Does the dearth of pedagogical training and awareness and too-heavy overburdened workloads contribute to culture of “antipedagogy” on campus?

If you’re smart, you can teach . This is the prevailing wisdom at my school (a large, state, research university) when it comes to questions of pedagogy. To be sure, it’s never articulated as such. But through a myriad of different practices and prejudices, the message sent to graduate students in my program is loud and clear: Teaching does not require much critical reflection; nor should you devote more time than necessary to it, lest you get behind in your studies.

To be clear, I am not saying that my university does not value teaching. My program (English) does more than many in terms of teacher training. We take a semester-long course in preparation to teach composition (“comp camp,” as it’s called; more on this later), and we are yearly required to attend professional development seminars on campus. Furthermore, student evaluations are an important component of the hiring and tenure review processes, and prestigious awards are given every year to talented teachers.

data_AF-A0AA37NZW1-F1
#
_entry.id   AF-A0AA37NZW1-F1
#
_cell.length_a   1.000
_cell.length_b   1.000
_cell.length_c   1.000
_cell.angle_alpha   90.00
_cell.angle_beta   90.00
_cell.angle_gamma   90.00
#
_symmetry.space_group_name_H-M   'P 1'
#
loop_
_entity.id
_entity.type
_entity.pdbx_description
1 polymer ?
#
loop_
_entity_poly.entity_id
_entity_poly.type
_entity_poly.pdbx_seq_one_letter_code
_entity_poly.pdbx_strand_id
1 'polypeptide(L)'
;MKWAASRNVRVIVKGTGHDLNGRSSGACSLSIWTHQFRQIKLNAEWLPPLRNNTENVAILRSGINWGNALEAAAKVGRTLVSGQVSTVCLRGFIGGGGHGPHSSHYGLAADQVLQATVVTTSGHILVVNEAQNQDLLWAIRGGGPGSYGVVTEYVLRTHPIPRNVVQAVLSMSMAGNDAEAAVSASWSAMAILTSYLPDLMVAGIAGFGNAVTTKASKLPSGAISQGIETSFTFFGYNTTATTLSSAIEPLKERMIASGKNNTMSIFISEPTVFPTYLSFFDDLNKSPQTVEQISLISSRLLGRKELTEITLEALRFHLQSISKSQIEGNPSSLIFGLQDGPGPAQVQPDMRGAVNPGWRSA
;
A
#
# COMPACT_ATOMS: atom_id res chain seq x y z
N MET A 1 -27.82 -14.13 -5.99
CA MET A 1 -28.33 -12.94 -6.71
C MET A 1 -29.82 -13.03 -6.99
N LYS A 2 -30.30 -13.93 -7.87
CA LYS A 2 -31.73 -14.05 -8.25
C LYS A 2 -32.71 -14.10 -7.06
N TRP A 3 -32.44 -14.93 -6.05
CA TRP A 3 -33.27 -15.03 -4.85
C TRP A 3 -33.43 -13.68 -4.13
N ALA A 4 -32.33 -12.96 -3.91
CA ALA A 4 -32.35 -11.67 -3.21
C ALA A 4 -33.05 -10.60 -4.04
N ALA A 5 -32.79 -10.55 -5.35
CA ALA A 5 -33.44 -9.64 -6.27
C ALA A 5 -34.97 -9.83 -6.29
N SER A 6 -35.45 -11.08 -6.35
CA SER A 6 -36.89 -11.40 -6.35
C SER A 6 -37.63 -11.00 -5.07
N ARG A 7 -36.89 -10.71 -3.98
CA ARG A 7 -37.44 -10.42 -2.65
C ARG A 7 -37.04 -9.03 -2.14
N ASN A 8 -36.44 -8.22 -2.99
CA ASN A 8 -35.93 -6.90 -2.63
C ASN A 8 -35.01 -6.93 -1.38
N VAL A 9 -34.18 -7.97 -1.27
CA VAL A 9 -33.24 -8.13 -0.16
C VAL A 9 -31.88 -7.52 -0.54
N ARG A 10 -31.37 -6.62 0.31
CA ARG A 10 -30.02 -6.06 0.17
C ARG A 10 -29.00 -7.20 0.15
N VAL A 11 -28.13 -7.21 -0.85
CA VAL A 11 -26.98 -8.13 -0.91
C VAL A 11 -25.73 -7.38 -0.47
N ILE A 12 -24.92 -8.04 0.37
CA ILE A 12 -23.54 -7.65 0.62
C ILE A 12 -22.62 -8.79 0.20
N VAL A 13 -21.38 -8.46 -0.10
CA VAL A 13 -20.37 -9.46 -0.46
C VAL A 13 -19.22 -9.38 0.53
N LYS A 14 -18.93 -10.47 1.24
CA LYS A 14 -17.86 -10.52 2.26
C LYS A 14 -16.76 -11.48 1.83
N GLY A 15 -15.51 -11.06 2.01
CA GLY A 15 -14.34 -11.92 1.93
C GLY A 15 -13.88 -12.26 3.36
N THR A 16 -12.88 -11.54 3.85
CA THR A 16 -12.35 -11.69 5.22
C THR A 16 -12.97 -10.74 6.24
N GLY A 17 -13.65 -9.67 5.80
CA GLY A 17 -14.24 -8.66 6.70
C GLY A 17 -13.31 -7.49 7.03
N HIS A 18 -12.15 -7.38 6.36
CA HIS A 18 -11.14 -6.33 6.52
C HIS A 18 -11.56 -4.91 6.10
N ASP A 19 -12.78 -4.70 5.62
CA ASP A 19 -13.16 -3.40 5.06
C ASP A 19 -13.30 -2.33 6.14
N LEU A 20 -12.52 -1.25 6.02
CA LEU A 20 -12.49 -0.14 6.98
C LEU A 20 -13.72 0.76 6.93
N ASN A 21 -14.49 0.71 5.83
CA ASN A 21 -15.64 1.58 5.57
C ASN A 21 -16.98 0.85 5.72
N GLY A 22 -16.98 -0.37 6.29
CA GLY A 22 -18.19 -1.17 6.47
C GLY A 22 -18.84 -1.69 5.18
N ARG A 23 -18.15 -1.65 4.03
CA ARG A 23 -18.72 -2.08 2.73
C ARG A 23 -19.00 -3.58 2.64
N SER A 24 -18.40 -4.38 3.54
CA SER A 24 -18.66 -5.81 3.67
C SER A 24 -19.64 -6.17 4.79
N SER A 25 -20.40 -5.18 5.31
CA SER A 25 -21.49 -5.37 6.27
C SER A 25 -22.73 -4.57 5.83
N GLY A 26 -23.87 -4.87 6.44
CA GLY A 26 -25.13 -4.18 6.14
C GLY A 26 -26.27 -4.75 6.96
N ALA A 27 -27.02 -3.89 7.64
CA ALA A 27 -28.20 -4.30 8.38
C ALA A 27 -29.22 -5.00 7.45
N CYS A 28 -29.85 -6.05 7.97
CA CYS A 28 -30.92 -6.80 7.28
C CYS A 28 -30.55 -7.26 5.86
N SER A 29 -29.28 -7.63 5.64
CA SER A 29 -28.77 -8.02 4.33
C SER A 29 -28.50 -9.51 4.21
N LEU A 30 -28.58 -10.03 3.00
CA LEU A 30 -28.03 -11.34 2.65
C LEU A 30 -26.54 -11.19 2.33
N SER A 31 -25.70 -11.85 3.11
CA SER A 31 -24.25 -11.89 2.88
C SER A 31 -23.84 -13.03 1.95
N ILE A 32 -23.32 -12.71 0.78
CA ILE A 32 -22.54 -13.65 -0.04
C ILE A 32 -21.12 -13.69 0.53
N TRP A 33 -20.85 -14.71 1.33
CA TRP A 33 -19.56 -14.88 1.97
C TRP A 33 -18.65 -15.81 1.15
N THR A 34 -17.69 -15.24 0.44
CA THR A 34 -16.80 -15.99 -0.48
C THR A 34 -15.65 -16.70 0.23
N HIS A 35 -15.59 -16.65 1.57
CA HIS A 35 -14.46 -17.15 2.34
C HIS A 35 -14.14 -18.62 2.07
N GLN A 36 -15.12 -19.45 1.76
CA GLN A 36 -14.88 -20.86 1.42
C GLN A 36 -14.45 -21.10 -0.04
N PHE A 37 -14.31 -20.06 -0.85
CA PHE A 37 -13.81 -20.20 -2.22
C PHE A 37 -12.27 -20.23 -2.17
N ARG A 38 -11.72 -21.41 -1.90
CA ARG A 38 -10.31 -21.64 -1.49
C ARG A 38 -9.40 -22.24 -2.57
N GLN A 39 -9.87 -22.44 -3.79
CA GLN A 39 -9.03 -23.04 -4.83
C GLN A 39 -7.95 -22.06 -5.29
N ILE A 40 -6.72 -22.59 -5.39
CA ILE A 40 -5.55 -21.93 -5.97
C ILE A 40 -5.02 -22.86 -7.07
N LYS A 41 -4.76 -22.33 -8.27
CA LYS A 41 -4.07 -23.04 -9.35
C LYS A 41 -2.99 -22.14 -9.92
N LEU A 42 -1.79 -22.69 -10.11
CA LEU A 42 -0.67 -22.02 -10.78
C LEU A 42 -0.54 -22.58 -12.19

However, while teaching is clearly valued, the same cannot be said for pedagogy. As graduate students, even before beginning our PhD work, we have spent years reading, writing, talking, and arguing about the subjects we love. But how often do we talk about our students? Our methodologies? Teaching philosophies? The nature of cognition, knowledge, or learning? The curriculum – from our own syllabi to the coordination (or lack thereof) of the courses and their sequencing in the program? Language? Reading? Critical thinking skills? How are we to be effective teachers without thinking about this stuff? And where are we to find the time to think about it? And, finding time, with whom will we talk about it? Not to mention, who will teach us how to think and talk more effectively about it? What am I to make of the fact that the English Education Program at my school requires of its B.A. students, in addition to 21 credit hours of English coursework, 12 hours of methods courses, 13 hours of education courses, 12 hours of student teaching (with observation and mentoring), and three  state tests in order to prepare and certify students to be high school teachers of English; while I, magically, by virtue of being a graduate student in English Studies, am immediately qualified to teach literature at the college level, as well as composition, after only a single course of instruction? (Which course, unfortunately, amounts to little more than learning to write – that is, reproduce – one’s own orthodox version of the model syllabus.) The significant differences between the contexts of high school and college and their respective students notwithstanding, how are we to understand this disparity in the value and respect (as measured by time and investment) given to the craft and calling of teaching in the academy?